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Why WFH Contact Center Agents Should Acknowledge Background Noise

cozyIn the chaos of the early days of the COVID-19 pandemic, I had decided to cancel my subscription to Major League Baseball’s streaming service. After all, the season was suspended, so why pay for the channel?

I was sequestered in my bedroom upstairs as my son and my wife were attempting to do home schooling in the dining room below. From the sounds of my child’s voice traveling upstairs, it was not going well.

At this point in the pandemic, everyone and their mother was calling customer service channels to cancel things, so I wasn’t surprised to be on hold for a half hour. I had my laptop open, and was doing some work.

I was surprised, however, to hear the hold music stop and the voice of a man speaking Spanish in a very unscripted way to someone who wasn’t me. My Spanish isn’t as strong as it used to be, but I gathered enough to understand that he, too, was doing some parenting and that it wasn’t going well. A younger voice piped up to challenge the directions given by the first.

I almost didn’t want to interrupt, but I had been on hold for a long time. I said, “Hello? I am calling about my MLB subscription?”

There was silence for a second on the other line, and then a dog barked. The customer service representative switched into his beginning-of-call spiel, and we were off and running. Every now and then, one of our respective families could be heard in the background; I think my son was the loudest.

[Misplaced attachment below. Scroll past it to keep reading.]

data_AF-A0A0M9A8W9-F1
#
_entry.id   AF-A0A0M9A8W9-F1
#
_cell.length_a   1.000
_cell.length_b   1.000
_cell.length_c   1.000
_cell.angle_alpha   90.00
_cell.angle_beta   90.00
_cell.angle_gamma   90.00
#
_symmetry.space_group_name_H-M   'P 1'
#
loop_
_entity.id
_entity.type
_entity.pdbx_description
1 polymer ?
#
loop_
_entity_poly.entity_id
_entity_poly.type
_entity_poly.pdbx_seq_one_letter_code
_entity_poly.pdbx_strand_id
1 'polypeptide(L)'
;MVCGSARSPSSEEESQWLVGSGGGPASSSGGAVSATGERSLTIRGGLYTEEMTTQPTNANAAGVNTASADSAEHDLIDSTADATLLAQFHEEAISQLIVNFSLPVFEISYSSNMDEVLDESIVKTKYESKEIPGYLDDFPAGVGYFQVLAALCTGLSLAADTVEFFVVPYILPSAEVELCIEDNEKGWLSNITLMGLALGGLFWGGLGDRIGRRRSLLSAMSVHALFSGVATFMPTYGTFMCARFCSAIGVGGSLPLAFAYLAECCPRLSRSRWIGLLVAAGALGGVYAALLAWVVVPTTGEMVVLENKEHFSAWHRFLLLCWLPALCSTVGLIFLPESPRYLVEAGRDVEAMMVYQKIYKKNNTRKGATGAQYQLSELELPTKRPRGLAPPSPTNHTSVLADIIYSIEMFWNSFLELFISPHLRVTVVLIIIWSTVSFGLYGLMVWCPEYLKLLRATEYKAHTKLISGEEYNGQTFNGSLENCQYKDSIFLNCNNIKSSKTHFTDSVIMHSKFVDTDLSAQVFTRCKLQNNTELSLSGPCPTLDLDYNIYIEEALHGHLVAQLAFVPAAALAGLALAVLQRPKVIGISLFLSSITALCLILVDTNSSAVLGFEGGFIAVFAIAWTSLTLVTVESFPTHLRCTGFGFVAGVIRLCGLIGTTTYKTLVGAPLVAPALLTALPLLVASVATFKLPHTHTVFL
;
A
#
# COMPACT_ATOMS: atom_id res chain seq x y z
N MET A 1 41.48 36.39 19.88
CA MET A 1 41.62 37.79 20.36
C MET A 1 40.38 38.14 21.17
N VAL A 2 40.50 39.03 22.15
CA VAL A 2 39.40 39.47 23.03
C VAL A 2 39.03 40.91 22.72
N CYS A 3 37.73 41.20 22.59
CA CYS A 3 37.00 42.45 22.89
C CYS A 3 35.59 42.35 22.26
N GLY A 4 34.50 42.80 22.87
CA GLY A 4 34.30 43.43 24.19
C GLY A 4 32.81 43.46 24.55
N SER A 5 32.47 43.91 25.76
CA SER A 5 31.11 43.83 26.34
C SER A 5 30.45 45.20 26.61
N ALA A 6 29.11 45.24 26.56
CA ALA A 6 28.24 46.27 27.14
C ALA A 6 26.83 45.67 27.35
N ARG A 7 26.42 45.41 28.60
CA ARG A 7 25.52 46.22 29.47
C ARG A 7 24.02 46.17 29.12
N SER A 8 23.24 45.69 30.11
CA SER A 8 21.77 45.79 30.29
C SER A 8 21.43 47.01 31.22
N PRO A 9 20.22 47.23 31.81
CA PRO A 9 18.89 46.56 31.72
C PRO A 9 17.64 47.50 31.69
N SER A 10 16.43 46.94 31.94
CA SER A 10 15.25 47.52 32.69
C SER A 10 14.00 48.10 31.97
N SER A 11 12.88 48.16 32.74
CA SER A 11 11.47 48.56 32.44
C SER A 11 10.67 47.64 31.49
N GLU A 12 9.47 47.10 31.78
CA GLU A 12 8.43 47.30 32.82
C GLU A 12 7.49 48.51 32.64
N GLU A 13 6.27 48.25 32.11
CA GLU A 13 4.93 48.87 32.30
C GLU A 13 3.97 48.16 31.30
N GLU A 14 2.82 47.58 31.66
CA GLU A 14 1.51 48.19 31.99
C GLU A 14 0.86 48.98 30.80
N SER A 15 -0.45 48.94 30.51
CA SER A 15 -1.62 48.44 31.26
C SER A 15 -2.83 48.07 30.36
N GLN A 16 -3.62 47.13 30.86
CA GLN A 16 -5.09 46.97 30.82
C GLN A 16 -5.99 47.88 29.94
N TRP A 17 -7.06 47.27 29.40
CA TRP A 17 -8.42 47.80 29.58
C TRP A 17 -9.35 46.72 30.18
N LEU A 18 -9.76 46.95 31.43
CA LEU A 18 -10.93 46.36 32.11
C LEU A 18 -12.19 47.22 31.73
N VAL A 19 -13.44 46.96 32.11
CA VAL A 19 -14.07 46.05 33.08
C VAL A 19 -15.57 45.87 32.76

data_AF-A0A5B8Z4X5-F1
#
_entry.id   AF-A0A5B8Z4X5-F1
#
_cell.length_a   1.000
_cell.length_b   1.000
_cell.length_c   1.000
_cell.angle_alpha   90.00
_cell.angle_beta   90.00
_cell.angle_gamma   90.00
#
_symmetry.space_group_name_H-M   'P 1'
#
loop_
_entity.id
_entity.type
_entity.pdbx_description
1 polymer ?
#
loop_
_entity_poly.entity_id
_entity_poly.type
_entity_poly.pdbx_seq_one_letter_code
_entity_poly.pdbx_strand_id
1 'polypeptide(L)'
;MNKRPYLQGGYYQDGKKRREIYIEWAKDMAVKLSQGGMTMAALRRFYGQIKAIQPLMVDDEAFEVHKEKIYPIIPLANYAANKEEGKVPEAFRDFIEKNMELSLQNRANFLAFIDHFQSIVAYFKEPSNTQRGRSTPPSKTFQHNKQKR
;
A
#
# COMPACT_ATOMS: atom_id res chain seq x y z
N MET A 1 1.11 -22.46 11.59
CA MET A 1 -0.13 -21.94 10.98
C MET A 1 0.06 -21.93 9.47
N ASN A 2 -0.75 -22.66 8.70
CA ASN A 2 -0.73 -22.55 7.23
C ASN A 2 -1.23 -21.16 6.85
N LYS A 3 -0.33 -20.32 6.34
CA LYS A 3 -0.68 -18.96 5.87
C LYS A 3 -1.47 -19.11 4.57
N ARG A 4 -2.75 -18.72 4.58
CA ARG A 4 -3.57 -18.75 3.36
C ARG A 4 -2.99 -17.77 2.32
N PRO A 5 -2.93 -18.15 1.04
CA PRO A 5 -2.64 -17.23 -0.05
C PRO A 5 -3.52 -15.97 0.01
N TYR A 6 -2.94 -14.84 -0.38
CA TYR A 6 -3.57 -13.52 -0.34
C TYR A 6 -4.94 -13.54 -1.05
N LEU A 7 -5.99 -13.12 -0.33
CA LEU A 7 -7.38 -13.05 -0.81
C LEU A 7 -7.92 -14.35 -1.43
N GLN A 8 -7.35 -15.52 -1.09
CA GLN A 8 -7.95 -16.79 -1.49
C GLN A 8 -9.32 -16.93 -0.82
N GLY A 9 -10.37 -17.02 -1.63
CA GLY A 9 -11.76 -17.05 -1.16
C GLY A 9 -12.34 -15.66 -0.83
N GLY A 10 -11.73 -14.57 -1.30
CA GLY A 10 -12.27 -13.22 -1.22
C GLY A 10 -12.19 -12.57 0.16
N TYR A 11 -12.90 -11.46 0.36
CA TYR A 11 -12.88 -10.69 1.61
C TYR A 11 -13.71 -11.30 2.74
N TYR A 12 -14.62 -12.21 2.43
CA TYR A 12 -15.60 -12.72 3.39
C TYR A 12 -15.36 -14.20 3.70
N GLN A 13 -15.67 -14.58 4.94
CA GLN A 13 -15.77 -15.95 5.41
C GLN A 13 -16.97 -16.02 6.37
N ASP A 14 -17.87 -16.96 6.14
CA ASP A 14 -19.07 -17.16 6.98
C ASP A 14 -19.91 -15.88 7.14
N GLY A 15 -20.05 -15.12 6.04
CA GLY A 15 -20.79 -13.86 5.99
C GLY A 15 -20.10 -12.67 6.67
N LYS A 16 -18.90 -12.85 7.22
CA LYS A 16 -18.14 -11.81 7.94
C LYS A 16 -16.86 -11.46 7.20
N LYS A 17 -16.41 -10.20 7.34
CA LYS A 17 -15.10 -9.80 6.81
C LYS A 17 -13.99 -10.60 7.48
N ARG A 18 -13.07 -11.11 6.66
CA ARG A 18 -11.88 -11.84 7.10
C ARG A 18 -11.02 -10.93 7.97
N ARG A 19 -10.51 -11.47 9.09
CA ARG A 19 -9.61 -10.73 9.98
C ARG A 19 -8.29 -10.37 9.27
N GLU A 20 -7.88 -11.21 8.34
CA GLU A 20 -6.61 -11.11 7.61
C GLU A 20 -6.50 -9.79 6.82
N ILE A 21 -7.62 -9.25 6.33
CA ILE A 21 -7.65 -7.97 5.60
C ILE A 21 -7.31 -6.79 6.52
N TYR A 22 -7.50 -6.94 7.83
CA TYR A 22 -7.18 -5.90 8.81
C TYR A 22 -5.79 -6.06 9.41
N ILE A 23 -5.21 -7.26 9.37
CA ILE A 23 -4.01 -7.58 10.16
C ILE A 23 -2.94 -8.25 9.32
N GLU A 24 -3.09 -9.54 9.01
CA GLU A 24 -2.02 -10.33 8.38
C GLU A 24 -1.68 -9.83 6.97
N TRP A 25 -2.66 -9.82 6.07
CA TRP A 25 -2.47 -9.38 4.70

Within a few moments, the streaming service was canceled. Before I hung up, I said I appreciated his help even though he, like me, was juggling family. He didn’t deviate from the script in the slightest, and the call was concluded.

I wish the customer service representative had felt comfortable enough to go off script and acknowledge the unusual circumstances of the call. I don’t fault the rep, per se; there may have been a directive from higher ups to not acknowledge one’s own background noise, and it often is better to be safe than sorry when it comes to professionalism.

However, I would argue that professionalism should not take the place of humanity, especially when more and more customer service support is being conducted at home. While I don’t need, or particularly want, a customer service rep to overshare about their personal life, there is something important about acknowledging the reality of the situation with a short sentence, something like, “Oops, sorry that you can hear my family in the background” or “Looks like my son has decided to try to help with customer service today.” My son was loud downstairs; his family was in the room and making noise - to acknowledge that is to transform noise into a shared moment between two people.

I believe that managers should empower frontline workers to feel comfortable to acknowledge matter of factly when something doesn’t go exactly as scripted. If managers are concerned this could open up a Pandora’s box of casual conversation, they can discuss what best practices for such a deviation might look like. Suggestions could include “Keep the acknowledgement short,” “Avoid jokes - just state what’s happening,” and “Only acknowledge noise on your end, not the customer’s end.”

The world has been trending toward informality, and the shift to WFH customer service will only accelerate that trend. For good CX, we should prepare frontline customer service representatives for how best to handle unexpected noises and situations so they don’t feel stuck or embarrassed.

Topics: Best Practices, Agent, Coaching And Quality Management